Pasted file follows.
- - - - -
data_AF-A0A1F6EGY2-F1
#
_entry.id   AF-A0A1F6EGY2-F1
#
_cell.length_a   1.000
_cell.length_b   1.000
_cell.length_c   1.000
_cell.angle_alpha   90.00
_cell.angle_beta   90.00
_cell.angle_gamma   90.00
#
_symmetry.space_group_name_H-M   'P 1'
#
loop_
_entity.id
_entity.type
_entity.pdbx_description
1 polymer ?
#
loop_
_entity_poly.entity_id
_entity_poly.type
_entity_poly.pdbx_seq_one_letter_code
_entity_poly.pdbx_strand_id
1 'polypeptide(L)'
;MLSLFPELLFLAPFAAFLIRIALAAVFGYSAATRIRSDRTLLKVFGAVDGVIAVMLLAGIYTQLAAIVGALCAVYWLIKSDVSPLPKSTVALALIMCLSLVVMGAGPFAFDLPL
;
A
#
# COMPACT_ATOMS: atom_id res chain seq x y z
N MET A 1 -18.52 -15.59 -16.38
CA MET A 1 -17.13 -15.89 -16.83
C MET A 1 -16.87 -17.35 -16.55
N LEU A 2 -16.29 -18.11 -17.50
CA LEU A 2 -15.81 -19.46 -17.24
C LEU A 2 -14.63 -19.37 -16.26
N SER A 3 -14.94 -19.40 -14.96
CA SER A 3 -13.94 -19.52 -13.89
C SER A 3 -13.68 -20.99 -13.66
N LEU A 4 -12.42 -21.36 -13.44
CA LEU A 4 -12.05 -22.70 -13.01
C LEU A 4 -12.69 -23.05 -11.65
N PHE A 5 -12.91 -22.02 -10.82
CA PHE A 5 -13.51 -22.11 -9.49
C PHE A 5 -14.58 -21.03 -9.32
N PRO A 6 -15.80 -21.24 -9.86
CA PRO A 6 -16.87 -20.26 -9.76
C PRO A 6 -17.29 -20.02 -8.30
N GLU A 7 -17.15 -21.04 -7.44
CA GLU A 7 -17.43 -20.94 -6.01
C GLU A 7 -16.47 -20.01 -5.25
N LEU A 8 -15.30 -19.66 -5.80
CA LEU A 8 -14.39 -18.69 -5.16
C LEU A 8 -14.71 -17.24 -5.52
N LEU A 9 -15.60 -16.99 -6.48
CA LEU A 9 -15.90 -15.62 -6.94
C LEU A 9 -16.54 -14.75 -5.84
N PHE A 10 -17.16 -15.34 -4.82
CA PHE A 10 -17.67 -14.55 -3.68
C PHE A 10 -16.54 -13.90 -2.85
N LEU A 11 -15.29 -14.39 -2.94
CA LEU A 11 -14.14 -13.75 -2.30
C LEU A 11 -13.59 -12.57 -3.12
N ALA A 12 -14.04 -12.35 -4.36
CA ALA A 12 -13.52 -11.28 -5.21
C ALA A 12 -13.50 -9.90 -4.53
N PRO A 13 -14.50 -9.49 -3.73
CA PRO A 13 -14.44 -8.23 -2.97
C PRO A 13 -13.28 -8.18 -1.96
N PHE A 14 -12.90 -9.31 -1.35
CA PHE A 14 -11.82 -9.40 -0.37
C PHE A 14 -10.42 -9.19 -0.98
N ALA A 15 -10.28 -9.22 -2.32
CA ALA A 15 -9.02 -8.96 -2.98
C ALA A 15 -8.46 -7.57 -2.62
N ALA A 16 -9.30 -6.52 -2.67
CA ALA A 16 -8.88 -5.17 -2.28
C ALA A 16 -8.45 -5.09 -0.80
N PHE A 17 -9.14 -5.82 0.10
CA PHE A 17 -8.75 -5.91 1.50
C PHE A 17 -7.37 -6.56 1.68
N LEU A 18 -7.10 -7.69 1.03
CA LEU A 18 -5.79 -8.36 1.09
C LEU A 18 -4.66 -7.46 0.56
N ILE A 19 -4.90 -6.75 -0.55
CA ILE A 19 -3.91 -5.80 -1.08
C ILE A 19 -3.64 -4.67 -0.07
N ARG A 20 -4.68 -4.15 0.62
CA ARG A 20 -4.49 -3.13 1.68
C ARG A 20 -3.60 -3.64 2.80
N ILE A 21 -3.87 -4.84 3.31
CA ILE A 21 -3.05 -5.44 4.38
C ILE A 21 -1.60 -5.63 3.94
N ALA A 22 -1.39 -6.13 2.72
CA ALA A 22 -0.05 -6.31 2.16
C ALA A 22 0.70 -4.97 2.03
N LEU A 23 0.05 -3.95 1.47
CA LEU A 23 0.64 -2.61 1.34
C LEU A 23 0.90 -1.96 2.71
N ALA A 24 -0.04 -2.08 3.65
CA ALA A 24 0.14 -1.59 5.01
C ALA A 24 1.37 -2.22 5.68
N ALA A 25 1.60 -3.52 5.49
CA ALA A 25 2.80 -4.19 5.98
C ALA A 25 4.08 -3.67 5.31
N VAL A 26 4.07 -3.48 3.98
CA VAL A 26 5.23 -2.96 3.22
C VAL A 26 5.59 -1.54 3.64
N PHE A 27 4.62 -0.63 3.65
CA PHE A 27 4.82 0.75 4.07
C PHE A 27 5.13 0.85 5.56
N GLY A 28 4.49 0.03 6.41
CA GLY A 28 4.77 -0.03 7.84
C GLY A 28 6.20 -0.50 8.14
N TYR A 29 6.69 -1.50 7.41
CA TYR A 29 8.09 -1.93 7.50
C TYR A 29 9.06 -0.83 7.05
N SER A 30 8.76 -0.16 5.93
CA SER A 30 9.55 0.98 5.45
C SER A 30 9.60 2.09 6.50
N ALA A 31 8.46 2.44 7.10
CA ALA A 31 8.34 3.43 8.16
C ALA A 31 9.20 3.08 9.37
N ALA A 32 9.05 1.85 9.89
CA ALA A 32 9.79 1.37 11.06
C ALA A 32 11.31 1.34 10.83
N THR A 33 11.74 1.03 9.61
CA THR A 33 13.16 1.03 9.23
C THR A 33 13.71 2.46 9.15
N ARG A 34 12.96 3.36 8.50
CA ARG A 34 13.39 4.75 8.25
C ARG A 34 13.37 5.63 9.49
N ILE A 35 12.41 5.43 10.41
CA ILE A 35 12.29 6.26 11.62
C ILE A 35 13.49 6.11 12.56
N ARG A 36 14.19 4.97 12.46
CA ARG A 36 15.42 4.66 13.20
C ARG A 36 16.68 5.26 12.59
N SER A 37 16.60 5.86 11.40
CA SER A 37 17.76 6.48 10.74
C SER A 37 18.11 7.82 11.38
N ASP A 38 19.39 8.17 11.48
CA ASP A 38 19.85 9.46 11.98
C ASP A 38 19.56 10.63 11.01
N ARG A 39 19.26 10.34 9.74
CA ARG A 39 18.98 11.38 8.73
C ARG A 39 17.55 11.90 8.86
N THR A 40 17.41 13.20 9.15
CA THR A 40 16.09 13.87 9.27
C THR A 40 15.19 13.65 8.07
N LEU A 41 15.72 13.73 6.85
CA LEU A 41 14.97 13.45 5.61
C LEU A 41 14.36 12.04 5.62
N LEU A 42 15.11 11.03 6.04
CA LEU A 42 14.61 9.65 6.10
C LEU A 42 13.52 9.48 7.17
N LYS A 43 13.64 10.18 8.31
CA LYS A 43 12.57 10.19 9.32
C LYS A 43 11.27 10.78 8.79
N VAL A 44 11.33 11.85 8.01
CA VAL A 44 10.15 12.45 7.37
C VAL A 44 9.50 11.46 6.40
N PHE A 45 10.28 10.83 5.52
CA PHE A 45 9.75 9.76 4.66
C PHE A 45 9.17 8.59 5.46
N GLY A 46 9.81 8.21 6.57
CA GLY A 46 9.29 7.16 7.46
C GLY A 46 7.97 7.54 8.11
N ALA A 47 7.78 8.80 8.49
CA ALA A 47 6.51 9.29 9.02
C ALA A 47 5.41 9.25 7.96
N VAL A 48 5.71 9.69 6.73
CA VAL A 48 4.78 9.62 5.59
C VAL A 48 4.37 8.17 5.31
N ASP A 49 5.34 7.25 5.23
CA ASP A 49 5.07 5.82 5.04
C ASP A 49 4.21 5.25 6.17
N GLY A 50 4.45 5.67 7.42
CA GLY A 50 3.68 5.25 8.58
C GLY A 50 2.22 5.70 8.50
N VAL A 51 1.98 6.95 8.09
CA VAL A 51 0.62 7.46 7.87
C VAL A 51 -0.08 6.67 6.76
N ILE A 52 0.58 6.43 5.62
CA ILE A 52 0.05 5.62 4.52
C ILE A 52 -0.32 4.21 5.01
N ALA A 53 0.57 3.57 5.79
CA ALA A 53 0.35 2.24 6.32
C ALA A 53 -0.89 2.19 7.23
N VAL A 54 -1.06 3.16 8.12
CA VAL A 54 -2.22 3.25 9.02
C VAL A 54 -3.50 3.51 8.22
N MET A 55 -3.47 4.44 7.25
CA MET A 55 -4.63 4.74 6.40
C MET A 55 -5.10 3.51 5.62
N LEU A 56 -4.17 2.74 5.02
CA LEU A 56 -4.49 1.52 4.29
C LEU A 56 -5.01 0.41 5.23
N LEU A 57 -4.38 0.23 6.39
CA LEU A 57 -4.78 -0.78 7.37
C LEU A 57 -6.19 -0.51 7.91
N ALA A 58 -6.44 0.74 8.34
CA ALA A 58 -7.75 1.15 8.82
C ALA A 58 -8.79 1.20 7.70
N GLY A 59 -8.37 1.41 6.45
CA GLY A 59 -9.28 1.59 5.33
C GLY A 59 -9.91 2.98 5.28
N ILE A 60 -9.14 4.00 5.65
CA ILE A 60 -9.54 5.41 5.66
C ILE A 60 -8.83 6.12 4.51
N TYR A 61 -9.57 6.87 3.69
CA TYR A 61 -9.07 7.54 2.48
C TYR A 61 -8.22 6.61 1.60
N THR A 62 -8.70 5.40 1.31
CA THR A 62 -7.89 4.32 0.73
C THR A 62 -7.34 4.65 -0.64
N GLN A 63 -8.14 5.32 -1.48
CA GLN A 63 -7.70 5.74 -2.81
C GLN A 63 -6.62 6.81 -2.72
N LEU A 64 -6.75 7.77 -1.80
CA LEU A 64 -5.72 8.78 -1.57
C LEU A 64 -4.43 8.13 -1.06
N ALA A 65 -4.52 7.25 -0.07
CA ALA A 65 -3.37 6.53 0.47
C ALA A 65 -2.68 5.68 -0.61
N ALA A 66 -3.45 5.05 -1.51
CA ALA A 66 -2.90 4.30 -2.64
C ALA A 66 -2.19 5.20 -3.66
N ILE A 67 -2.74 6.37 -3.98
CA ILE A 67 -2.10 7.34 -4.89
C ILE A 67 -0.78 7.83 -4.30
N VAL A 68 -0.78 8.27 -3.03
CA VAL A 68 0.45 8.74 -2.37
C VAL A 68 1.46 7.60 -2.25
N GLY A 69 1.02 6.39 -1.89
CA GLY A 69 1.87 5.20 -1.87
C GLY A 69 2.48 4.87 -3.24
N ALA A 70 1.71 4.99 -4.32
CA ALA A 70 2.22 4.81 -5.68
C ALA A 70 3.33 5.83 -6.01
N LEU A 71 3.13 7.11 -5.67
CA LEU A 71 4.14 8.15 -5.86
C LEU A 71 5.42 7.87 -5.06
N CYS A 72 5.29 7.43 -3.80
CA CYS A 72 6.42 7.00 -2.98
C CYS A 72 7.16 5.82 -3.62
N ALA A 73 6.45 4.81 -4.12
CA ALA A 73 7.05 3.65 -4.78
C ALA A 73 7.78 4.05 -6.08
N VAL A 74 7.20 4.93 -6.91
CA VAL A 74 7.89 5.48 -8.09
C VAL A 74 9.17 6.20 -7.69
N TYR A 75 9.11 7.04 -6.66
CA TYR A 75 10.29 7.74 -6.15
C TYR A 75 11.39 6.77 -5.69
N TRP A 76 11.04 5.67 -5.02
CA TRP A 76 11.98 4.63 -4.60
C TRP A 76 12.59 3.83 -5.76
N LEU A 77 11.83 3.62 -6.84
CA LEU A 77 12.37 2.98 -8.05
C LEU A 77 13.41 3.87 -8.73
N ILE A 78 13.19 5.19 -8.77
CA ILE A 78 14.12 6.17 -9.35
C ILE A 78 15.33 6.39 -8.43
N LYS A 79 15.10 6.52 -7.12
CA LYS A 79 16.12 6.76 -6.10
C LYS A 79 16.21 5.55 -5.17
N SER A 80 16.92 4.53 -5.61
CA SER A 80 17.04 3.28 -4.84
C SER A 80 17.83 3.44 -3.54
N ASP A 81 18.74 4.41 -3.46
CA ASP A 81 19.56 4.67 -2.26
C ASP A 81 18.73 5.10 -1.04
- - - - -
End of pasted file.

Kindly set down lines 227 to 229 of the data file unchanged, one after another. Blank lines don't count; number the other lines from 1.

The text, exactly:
CA ALA A 66 -2.90 4.30 -2.64
C ALA A 66 -2.19 5.20 -3.66
N ILE A 67 -2.74 6.37 -3.98